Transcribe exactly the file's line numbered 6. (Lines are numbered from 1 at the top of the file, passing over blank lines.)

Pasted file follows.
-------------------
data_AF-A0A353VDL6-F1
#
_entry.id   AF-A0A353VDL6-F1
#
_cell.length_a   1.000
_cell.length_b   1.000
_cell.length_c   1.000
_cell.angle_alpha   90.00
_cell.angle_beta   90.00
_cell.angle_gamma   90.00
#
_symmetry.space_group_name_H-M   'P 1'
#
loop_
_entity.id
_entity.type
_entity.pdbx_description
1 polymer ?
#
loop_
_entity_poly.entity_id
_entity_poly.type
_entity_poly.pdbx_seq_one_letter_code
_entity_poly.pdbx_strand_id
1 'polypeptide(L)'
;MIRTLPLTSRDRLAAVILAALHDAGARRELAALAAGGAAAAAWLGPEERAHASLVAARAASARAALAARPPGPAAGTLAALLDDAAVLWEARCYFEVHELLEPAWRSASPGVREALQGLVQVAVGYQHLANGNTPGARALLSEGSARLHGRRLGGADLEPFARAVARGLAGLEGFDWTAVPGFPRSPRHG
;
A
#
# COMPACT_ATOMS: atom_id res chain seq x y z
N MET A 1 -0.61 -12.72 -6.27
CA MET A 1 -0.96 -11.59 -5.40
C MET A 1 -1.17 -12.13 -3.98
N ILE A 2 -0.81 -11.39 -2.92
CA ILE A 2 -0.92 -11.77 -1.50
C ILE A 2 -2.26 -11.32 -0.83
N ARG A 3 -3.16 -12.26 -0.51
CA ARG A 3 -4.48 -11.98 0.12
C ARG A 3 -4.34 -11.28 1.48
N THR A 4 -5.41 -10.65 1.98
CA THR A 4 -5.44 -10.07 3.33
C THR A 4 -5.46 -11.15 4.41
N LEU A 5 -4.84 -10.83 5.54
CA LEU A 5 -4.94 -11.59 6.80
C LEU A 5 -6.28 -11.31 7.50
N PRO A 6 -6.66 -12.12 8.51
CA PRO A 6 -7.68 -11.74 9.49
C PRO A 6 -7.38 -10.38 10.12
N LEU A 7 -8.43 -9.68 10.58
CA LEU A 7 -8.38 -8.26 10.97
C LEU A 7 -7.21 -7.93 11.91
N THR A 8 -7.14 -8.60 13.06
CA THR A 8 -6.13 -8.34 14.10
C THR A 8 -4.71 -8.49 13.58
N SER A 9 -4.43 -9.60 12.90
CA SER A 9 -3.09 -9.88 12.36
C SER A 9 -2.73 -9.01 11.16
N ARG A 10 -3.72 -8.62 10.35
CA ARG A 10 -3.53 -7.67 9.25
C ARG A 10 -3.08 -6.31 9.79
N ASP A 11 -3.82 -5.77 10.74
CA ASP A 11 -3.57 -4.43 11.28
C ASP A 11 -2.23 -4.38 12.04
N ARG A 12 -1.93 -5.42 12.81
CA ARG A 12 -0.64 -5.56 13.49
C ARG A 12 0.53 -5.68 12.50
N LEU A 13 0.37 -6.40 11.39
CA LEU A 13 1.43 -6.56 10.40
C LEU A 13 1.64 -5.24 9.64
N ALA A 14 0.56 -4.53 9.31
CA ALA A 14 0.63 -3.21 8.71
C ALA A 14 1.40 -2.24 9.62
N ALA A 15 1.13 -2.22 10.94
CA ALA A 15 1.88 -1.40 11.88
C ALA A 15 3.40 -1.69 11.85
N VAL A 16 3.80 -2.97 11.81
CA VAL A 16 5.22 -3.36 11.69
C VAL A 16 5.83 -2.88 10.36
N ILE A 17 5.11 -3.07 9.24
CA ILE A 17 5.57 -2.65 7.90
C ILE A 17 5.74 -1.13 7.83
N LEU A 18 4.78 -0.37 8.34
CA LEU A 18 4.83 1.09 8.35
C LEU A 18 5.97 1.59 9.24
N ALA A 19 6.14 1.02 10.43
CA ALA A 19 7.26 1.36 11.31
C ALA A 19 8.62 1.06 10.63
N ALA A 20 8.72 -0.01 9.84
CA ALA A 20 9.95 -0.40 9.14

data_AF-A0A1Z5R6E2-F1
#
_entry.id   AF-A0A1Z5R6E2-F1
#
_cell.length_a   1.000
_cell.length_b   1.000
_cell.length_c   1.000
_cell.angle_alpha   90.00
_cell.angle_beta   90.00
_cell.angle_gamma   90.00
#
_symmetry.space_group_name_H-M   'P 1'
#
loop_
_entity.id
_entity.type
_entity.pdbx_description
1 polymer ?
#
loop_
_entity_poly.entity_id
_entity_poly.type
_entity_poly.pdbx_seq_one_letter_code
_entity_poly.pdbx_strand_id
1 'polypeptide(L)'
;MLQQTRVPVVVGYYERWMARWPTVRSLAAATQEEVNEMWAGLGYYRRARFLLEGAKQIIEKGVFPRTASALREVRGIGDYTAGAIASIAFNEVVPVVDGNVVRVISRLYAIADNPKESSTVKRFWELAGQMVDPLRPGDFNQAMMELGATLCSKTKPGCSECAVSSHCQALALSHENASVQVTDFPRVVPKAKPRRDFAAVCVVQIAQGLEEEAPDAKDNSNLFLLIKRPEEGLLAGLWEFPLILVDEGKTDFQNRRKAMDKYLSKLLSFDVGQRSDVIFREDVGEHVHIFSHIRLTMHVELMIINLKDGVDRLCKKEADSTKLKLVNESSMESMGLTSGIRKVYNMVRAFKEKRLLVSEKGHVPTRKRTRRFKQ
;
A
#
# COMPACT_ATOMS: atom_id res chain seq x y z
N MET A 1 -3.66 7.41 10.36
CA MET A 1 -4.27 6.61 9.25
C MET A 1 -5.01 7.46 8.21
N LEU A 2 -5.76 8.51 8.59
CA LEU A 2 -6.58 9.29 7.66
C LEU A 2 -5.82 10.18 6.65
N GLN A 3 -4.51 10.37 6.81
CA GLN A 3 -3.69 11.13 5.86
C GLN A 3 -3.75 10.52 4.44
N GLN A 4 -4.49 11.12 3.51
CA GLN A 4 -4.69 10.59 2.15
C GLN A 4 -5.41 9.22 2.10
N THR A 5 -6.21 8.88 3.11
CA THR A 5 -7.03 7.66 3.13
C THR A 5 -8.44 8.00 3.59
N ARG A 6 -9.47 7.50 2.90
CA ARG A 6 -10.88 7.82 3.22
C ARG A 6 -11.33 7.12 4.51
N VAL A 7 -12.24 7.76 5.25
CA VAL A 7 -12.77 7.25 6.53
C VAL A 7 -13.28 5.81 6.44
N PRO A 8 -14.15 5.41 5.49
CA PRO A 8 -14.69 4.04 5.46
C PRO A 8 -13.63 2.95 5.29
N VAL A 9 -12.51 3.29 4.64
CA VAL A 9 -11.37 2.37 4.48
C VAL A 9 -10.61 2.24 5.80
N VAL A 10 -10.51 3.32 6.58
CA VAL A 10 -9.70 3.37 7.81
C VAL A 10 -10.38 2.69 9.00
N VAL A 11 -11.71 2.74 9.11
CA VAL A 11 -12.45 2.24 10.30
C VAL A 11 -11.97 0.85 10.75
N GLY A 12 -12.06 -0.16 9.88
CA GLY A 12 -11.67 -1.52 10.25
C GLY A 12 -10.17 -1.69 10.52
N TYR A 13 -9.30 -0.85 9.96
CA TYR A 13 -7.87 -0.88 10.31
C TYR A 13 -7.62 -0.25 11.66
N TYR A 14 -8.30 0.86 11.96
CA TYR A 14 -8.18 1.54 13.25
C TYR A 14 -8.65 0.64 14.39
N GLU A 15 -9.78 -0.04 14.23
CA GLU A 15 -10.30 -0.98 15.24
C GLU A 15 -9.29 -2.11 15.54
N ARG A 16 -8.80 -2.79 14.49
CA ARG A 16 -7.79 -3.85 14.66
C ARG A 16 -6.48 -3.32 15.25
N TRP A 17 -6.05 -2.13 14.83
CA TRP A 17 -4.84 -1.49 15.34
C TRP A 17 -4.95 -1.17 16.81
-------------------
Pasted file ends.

_cell.length_b   1.000